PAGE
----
The majority of my clients come to me as a result of bad choices. These choices have resulted in depression symptoms, stress management issues, anxiety attacks, problems with addiction and unhappy relationships. One thing many of them have in common is they don’t know who they are. And if they don’t know who they are they can’t make good choices.
I’m sitting across from Jane, who suffers from codependency issues and signs of depression. She is telling me how she married this fellow, ‘who was a bum’, and went into a career ‘she hates’. I get a similar story from Bob, a binging alcoholic who keeps shaking his head in bewilderment at his life, which is ‘so screwed up’. In fact, they, like many of my clients, don’t understand how they got their lives into such a mess.
I can see a lot of it stems from bad choices. They make them because they don’t know what they what they want. “I thought he was right for me. Why can’t I think straight.” Now, despite my eagerness, I can’t just say, “You make wrong choices because you don’t know who you are.” They would look at me like I’m crazy and say, of course they know who they are. So a lot of my work consists in helping them see another person, most often a better one than they see.
Helping People See Their True Selves
I do this by getting them to tell their story and helping them to see it in a new way. For example, Bob will say his father was a ‘good guy most of the time until he was drunk, and then he would beat us up’. Or Jane will say that her mother was ‘very loving’ but then ‘she often thought I was having an affair with my father’. At this point, or down the road, I try to question their reality, since this reality has shaped their sense of self. Of course I have to do this gently since none of us want to give up our ‘reality’ no matter how skewed it is. My hope is that they will gradually begin to transform how they see their life and, as a result, who they are.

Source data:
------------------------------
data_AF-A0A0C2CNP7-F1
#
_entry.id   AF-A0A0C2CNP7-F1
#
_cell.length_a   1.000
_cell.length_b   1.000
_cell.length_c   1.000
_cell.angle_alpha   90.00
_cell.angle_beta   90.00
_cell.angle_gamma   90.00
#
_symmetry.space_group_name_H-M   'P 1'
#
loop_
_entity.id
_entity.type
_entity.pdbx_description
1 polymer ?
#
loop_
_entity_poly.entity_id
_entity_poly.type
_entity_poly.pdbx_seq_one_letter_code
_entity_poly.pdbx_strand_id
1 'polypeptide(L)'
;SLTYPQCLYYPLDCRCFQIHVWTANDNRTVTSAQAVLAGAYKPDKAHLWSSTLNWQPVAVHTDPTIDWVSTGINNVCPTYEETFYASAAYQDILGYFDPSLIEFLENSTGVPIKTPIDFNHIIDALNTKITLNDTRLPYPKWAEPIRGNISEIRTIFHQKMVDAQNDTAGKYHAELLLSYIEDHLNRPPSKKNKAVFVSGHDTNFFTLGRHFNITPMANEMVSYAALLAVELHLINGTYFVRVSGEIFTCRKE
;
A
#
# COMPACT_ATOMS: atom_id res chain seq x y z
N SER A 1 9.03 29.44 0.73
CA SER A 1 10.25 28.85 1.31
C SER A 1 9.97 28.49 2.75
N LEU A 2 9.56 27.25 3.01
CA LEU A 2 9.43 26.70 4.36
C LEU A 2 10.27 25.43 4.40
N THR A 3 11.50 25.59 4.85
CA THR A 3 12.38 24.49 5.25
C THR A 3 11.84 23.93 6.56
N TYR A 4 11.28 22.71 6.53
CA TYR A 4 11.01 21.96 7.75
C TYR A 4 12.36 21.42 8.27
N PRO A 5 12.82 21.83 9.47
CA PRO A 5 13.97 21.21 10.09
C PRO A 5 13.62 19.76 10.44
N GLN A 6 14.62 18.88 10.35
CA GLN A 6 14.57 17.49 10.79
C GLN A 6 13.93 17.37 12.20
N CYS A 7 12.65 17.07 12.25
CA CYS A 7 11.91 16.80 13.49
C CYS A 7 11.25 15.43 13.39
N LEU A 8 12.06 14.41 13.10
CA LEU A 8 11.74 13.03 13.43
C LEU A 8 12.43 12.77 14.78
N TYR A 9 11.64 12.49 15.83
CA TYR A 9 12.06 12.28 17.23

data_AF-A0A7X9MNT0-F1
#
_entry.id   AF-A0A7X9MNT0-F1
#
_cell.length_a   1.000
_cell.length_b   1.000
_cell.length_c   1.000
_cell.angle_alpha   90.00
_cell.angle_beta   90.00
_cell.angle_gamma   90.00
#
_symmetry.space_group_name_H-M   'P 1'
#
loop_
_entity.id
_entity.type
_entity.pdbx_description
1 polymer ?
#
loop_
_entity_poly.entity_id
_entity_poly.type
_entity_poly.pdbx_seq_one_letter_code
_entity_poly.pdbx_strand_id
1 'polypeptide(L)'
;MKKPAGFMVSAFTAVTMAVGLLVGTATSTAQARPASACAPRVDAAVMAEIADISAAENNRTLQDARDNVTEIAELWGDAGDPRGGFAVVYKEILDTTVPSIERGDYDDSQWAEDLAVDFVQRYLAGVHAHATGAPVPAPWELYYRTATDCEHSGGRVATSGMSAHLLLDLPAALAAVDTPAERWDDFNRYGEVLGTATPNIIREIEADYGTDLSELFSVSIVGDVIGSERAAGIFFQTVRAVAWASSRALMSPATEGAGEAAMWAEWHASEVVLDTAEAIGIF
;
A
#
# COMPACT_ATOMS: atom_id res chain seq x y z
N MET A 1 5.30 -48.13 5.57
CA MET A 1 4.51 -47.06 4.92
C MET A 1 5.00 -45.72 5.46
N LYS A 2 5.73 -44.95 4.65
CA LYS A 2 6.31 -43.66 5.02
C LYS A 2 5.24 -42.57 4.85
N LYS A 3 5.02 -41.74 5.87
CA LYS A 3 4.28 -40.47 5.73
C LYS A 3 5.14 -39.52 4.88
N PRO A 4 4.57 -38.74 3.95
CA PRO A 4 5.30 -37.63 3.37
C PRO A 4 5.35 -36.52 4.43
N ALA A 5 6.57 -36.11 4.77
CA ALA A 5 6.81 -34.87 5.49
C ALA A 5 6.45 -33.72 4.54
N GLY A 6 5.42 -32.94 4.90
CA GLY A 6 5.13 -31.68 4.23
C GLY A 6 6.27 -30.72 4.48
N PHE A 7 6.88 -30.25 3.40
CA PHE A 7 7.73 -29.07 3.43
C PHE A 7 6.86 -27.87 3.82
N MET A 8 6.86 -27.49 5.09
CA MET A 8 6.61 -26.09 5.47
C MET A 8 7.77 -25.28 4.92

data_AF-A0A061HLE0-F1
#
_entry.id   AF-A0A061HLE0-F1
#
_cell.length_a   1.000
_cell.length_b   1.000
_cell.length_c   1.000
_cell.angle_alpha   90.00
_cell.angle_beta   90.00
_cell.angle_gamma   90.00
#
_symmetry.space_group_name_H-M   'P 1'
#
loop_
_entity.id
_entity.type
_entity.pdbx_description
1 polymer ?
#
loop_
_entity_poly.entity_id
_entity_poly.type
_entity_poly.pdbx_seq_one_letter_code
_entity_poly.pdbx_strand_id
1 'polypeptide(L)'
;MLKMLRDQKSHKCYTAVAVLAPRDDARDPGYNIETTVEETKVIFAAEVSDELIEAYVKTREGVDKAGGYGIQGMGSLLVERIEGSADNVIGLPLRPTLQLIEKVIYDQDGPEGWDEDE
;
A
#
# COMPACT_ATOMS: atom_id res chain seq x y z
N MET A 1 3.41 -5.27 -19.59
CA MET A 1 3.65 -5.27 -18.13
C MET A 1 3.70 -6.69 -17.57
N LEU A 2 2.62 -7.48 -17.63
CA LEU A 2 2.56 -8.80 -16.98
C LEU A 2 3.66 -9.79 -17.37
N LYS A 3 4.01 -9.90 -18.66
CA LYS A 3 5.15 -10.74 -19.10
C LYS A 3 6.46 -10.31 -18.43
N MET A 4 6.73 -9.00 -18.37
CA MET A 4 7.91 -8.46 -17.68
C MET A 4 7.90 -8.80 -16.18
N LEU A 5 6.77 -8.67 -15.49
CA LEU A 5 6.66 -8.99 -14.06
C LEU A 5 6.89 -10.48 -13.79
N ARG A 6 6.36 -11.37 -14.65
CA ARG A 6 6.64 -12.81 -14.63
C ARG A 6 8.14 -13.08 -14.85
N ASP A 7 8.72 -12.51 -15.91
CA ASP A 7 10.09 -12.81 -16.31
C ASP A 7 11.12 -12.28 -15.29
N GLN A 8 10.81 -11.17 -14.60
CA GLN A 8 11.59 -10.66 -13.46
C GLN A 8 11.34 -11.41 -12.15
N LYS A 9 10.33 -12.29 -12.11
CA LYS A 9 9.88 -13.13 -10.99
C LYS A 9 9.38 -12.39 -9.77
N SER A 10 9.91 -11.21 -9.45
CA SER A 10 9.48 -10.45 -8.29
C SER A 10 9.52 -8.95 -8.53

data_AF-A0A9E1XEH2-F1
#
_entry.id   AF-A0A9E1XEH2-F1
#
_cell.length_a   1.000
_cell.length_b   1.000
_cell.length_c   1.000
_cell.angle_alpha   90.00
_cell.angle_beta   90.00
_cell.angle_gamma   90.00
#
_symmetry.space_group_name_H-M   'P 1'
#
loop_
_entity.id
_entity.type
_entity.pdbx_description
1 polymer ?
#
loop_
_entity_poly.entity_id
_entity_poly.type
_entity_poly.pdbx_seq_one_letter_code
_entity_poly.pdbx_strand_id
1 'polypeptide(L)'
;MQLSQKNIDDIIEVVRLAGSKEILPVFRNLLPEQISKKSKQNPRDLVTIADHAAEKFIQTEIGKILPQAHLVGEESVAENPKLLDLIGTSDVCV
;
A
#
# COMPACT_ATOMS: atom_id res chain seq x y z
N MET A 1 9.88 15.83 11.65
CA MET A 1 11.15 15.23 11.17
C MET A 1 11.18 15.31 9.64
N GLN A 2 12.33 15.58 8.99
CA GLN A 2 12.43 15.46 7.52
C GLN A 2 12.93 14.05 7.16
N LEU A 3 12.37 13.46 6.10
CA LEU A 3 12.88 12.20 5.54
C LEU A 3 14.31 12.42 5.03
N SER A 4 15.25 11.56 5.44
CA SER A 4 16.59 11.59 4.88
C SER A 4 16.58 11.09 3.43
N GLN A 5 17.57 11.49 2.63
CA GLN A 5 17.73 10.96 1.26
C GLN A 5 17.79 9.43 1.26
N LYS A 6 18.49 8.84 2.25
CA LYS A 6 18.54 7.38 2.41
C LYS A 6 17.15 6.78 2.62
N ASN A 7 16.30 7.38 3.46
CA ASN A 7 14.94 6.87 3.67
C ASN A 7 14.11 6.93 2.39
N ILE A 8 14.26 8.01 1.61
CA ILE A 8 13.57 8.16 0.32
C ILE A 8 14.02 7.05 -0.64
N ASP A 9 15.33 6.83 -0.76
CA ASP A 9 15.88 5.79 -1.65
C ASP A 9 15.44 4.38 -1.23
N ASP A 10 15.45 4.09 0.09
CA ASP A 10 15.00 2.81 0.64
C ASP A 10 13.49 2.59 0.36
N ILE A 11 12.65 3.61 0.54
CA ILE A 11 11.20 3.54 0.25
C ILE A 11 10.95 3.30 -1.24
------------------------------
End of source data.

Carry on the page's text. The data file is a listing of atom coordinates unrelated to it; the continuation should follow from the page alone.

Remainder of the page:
As Jane and Bob tell their stories and begin to see their lives in a new way, they will begin to experience feelings about what happened to them. Bob might begin to feel grief and anger about his father’s behaviour, instead of normalizing it. And Jane might feel a sense of hurt and invasion about her mother’s behaviour. They start to feel things they have repressed all their lives. More and more, they connect to who they are as their self knowledge grows.
Knowing the Self – Knowing What You Want
With her greater self knowledge Jane can say, “I went on a date and I knew right away that this guy was not right for me. I could feel how controlling he was, and I wouldn’t have felt that in the past.” And Bob can say, “I really hate how alcohol make me feel. I see how I get all these depression symptoms and self hate when I drink.” Both know much more who they are, and, as a result, what they want and don’t want.
Many of the people who come to me have a limited sense of who they are. As a result, they are unable to know what is right for them. When they can connect to who they are and what they feel, they have a greater ability to take care of their needs through positive choices.